The PiMu is geared towards musical composition.

Its surface allows you to create music by drawing patterns with gouache, modelling clay, fruit, thread…

Technical details :

– 24 configurable musical points

– Nano computer with 512MB RAM, 16gb storage, 1ghz allwinner processor.

– 2 speakers and in-line audio output

– 4-hour battery life.

The inventor

The PiMu musical whiteboard was invented in May 2016, after educator Vitor Moreira realized that teaching music could be more fun and that children could be protagonists in the composition process.PiMu works through a circuit-closing system, in which paint is the connecting agent. Several musical points are scattered over its surface and can be activated using a special paint: the instrument’s built-in computer identifies the connected points and activates the sounds.

“After working on musicalization in formal education, I realized that children didn’t create, but reproduced. To create the PiMu, the main question was: how can we give people the means to create music without needing theory?
The educator is not unaware of the importance of music theory, but he doesn’t see it as paramount in students’ first contact with music. “I created PiMu with the idea of inverting teaching. We first give the condition to create art, and then the person feels committed to looking for the theory, because then they will see meaning and feel pleasure in learning it, in applying it to their creations,” he says.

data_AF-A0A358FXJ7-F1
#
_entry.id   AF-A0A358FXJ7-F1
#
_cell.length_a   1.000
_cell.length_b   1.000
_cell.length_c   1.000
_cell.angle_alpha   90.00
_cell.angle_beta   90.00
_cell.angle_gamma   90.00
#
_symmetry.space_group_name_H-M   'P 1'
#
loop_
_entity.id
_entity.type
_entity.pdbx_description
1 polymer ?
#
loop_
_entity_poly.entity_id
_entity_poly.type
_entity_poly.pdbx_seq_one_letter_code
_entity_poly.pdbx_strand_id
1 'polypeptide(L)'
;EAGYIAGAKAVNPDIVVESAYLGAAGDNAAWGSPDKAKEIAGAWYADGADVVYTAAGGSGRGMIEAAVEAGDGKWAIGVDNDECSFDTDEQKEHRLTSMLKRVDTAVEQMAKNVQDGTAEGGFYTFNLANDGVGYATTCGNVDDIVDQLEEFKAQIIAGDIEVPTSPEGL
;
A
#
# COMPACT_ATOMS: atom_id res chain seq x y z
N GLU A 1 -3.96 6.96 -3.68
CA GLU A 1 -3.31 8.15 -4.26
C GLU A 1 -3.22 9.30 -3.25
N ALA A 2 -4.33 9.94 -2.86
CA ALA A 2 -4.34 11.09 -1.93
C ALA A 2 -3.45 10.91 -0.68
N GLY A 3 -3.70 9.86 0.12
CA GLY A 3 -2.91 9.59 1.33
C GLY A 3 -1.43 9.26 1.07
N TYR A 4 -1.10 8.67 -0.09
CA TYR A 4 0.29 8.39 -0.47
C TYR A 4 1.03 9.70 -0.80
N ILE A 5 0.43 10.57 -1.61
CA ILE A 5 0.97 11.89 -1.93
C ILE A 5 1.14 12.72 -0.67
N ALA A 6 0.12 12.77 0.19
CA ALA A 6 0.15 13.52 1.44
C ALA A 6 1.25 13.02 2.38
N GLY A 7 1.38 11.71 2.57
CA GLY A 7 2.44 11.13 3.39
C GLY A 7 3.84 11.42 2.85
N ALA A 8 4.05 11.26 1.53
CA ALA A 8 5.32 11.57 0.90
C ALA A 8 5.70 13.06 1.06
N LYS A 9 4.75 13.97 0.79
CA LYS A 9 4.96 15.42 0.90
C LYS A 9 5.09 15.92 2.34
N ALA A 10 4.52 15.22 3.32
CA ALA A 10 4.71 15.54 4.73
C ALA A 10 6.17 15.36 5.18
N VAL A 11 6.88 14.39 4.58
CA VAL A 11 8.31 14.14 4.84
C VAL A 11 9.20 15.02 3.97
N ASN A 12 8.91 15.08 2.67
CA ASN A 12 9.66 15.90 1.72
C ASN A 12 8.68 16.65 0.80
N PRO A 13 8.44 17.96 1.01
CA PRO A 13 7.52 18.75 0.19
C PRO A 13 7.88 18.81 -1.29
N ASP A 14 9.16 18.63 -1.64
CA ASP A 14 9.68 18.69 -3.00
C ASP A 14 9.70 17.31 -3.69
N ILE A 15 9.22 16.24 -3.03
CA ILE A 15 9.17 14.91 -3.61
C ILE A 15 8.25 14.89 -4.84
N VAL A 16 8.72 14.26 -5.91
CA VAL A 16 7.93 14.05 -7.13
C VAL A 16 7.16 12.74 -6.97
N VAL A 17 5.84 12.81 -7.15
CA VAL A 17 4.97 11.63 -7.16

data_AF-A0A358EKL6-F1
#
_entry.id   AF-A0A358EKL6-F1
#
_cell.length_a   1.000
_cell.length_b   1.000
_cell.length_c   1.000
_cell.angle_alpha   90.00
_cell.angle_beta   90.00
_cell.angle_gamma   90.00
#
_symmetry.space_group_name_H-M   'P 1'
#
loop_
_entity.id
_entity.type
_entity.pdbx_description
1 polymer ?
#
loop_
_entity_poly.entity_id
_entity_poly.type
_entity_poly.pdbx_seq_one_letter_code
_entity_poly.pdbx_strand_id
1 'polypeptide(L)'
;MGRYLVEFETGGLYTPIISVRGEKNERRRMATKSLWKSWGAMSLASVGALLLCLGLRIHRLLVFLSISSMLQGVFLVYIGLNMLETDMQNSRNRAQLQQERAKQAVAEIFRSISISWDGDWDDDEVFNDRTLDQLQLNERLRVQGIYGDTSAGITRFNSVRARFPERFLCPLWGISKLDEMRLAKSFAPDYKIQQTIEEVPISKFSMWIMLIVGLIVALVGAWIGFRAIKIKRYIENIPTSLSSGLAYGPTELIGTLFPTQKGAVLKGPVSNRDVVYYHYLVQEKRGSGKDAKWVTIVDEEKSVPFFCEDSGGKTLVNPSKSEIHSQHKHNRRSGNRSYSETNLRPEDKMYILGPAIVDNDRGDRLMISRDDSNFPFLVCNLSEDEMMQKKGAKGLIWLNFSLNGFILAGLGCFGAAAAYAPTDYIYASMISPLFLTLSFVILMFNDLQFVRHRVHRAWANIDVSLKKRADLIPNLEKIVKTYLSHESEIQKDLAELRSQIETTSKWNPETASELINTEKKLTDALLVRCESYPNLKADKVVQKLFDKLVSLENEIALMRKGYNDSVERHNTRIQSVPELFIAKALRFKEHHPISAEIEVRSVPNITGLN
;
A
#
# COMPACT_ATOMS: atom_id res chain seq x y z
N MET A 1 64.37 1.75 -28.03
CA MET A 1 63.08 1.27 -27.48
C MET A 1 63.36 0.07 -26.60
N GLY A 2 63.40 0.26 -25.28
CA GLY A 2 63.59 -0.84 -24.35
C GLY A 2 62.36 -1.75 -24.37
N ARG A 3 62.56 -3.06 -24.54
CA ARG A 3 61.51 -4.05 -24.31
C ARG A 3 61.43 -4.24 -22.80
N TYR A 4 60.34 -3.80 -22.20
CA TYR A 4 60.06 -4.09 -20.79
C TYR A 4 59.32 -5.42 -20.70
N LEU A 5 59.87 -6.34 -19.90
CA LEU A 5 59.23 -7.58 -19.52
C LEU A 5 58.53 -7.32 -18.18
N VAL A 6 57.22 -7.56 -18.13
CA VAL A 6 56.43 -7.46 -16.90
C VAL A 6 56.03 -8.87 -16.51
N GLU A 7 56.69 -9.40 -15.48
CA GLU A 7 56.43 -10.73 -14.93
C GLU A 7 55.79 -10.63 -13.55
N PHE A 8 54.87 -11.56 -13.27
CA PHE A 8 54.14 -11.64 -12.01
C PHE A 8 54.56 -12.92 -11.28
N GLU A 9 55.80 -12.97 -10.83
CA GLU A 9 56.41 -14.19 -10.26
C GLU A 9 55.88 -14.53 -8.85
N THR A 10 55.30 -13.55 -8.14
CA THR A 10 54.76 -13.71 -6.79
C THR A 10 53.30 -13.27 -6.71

Why have we created it?

We realize that teaching music is often flawed and time-consuming, because it teaches how to play music rather than how to think about music, thus bringing teaching closer to a training course in which the student repeats what he’s been taught, but doesn’t know what he’s actually doing.

For us, teaching music is similar to learning to speak: when we’re born, we learn to speak, and by the age of 5 we’re already able to express our ideas, talk about our tastes and desires, and it’s only at the age of 6 that we begin to learn writing and grammar.

In music, we find that the opposite is true: writing, notes and concepts are taught first, then the student learns to speak, which makes no sense to us.

So we invented PiMu based on the problems we see as a solution to make composing part of the first day of school, in a fun and playful way, and for students to identify with and feel proud of their work.

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